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By Kyle Daly
Charging cables could be headed the way of dial-up modems.
A company promising truly wireless charging for cell phones, tablets, and other connected devices aims to start selling its technology in 2018 after getting the OK from regulators this week.
Silicon Valley-based Energous Corp. cleared a major hurdle by obtaining certification from the Federal Communications Commission Dec. 26 for its WattUp transmitter, designed to deliver power to compatible devices over radio waves. The clearance represents the first time the FCC has ever approved a device promising wireless charging at a distance, agency chief Ajit Pai said on Twitter.
The FCC certification followed months of testing to ensure that the WattUp signals don’t have any adverse effects on users’ health or safety, and that the devices meet other FCC standards for consumer technology. The technology, if it operates as promised, could eliminate one of the most cumbersome tasks of mobile device ownership and contribute to the growing technology niche devoted to eliminating wires.
“The process is the same for any device, of any amount of power,” Energous CEO Stephen Rizzone said of the FCC certification in a Dec. 27 interview. “That’s why this is such a milestone event for us.”
The FCC found the device to fall under its limits for human exposure to radio waves, Rizzone said.
Energous shares more than doubled in value following the certification. They closed Dec. 27 at $23.70 per share, a day after closing at $8.84 a share.
WattUp, which is about the size of a shoebox, works as a hub and sends power to multiple devices within three feet. Other wireless chargers already on the market rely on a charging station or pad.
Energous hopes to start selling to consumers by late 2018, Rizzone said. The company is also developing other models that can send power further away, up to 15 feet, Rizzone said. The FCC certification “establishes a clear path,” he said, for approval of future devices with a greater charging range.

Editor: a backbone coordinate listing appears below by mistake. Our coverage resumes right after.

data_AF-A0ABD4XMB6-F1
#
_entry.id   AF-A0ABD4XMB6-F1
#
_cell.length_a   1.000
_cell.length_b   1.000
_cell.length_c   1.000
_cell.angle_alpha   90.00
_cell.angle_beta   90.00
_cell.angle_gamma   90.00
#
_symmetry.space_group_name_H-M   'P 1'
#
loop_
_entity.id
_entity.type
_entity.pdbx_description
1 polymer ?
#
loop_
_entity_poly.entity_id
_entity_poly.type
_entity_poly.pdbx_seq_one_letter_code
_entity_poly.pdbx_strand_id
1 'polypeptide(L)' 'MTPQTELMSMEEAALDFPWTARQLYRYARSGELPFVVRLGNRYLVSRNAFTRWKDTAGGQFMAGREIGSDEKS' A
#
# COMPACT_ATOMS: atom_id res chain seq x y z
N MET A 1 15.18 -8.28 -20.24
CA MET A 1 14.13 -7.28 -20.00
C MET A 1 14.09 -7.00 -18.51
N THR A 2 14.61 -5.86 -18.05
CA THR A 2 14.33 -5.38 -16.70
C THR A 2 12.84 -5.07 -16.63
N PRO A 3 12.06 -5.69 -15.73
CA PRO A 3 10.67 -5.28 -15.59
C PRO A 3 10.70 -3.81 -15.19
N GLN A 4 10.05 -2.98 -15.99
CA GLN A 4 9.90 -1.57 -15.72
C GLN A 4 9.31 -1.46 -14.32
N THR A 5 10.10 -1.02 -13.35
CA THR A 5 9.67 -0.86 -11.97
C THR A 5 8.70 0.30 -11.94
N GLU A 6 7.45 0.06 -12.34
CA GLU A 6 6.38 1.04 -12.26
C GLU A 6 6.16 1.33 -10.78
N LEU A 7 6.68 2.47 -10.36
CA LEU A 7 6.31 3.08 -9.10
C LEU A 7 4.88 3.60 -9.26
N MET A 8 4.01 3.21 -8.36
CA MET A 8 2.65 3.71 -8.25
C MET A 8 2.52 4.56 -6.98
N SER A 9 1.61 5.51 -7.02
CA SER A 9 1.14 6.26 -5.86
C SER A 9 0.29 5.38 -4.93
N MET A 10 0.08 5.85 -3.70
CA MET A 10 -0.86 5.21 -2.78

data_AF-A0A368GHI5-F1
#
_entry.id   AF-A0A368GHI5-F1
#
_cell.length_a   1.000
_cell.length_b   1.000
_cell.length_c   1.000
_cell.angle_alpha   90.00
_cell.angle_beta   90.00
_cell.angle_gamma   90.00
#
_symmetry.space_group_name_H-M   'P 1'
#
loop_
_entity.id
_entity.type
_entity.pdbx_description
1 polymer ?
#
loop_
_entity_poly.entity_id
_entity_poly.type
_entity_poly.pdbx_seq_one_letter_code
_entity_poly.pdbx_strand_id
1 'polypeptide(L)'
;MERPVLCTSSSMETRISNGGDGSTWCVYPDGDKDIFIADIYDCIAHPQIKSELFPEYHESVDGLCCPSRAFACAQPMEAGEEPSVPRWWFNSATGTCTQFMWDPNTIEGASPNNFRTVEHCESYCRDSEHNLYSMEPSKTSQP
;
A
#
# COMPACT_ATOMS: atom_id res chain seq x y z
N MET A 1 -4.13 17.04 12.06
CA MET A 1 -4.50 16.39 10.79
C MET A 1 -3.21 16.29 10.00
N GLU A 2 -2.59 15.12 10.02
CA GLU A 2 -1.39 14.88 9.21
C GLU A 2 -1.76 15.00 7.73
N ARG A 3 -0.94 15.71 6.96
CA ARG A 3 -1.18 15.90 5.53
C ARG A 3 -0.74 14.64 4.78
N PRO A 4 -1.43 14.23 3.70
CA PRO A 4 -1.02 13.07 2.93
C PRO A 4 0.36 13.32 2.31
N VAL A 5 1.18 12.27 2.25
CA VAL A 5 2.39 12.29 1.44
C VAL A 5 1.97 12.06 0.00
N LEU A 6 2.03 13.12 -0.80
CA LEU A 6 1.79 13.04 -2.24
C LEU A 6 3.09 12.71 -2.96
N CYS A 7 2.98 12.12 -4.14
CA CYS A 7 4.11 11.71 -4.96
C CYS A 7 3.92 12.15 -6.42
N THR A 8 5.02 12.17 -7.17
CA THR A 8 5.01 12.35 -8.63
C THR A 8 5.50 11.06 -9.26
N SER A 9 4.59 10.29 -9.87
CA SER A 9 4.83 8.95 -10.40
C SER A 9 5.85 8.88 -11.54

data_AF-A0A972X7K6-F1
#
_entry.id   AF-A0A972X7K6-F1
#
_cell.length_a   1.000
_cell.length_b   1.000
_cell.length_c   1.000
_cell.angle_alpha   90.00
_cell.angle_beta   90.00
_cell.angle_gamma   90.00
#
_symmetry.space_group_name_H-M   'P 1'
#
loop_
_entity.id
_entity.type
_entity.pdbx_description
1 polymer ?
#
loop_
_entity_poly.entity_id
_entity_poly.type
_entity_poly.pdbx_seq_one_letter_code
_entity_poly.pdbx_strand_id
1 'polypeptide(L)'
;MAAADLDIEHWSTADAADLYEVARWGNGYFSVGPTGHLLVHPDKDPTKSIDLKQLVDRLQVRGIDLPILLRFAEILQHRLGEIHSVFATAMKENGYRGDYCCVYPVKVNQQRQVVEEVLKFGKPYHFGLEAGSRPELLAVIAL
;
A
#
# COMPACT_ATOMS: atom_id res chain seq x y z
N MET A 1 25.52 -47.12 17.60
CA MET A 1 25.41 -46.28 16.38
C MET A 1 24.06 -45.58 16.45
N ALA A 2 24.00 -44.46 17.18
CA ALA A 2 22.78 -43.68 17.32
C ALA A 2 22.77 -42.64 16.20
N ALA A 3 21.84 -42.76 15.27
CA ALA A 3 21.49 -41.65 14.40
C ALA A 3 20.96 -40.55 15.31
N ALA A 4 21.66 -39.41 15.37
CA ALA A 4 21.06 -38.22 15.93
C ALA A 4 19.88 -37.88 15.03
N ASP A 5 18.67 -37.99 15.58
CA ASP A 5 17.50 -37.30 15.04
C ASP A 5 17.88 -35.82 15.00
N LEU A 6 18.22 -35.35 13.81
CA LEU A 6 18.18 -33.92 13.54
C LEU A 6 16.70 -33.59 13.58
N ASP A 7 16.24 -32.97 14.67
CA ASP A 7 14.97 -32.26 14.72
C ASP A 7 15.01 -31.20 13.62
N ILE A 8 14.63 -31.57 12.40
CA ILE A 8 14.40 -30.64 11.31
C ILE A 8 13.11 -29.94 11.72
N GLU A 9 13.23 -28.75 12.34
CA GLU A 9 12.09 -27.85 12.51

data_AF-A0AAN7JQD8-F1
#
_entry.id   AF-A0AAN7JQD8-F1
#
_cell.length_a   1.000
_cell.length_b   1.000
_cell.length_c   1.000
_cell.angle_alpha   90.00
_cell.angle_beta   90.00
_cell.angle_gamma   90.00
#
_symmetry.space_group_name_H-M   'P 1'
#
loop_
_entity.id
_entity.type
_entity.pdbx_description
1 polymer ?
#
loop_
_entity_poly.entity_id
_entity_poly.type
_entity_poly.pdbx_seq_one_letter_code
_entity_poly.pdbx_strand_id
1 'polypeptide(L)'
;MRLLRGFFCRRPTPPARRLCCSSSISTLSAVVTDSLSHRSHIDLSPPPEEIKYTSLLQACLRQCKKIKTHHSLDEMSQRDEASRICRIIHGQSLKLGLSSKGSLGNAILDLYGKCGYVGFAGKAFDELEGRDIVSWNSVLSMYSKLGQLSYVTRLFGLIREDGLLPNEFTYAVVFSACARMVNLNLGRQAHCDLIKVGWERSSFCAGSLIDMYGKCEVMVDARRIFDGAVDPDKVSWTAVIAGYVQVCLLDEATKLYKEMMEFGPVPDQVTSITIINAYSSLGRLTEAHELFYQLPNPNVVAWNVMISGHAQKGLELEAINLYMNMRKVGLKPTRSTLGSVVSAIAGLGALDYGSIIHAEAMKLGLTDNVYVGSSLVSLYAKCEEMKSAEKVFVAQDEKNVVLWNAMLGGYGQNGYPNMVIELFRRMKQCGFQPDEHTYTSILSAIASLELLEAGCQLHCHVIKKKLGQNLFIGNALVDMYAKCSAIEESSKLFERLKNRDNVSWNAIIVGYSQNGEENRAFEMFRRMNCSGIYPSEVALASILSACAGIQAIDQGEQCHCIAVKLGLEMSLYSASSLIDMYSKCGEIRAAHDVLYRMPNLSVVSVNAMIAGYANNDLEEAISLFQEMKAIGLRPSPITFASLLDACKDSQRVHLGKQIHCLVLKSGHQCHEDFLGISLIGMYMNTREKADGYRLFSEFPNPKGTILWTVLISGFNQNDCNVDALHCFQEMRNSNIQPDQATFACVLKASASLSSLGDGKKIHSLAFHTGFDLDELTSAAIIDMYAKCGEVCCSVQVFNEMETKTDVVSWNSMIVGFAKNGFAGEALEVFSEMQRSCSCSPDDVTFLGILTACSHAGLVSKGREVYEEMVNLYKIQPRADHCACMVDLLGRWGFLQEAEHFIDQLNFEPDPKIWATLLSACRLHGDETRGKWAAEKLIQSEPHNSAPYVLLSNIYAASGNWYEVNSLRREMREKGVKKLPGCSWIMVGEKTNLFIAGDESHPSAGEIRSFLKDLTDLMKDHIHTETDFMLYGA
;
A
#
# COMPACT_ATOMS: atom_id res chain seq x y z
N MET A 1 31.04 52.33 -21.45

The first WattUp-compatible devices will likely be hearing aids and other relatively simple wearable devices, Rizzone told Bloomberg Law. Smartphones and tablets could follow as soon as 2019, he said.
Energous has long spoken of a major strategic partner that will offer compatible devices but has not named the partner. Analysts have speculated that Apple Inc. is the likely partner, particularly after Energous in 2014 named Apple’s compliance testing as one of the industry certifications it needed to clear.
Recon Analytics analyst Roger Entner told Bloomberg Law that he believes Samsung Electronics Co. Ltd. or LG Electronics Inc. could be likelier candidates, as the Korean manufacturers are typically quick to jump on new technology.
Energous also plans to make the transmitter more sophisticated over time, including installing it directly into WiFi routers by 2020, Rizzone said. The device could be built into other devices such as computer monitors even sooner, he said.
Energous has not always hit such targets. The company, for instance, had hoped to have its first set of chargers—transmitters that must be in physical contact with devices they charge—out to consumers by the end of this year. Energous pushed the estimated market introduction date to the first quarter of 2018, Rizzone said.
Still, Energous looks likely be the first company to bring wireless charging to market in light of the FCC certification, Roth Capital Partners analyst William Gibson told Bloomberg Law.
Would-be competitors are still at the prototype stage, Gibson said. Other companies looking to deliver wireless power to consumers include: uBeam in Los Angeles; Ossia in Redmond, Wash., which tried unsuccessfully to challenge Energous patents in 2016; Israeli startup Humavox; and Powercast Co., based in Pittsburgh.
Wireless charging technology could be a hit among consumers, Gibson predicted. “Once you get spoiled by having things constantly charged, you’re not going to want to go back,” he said.
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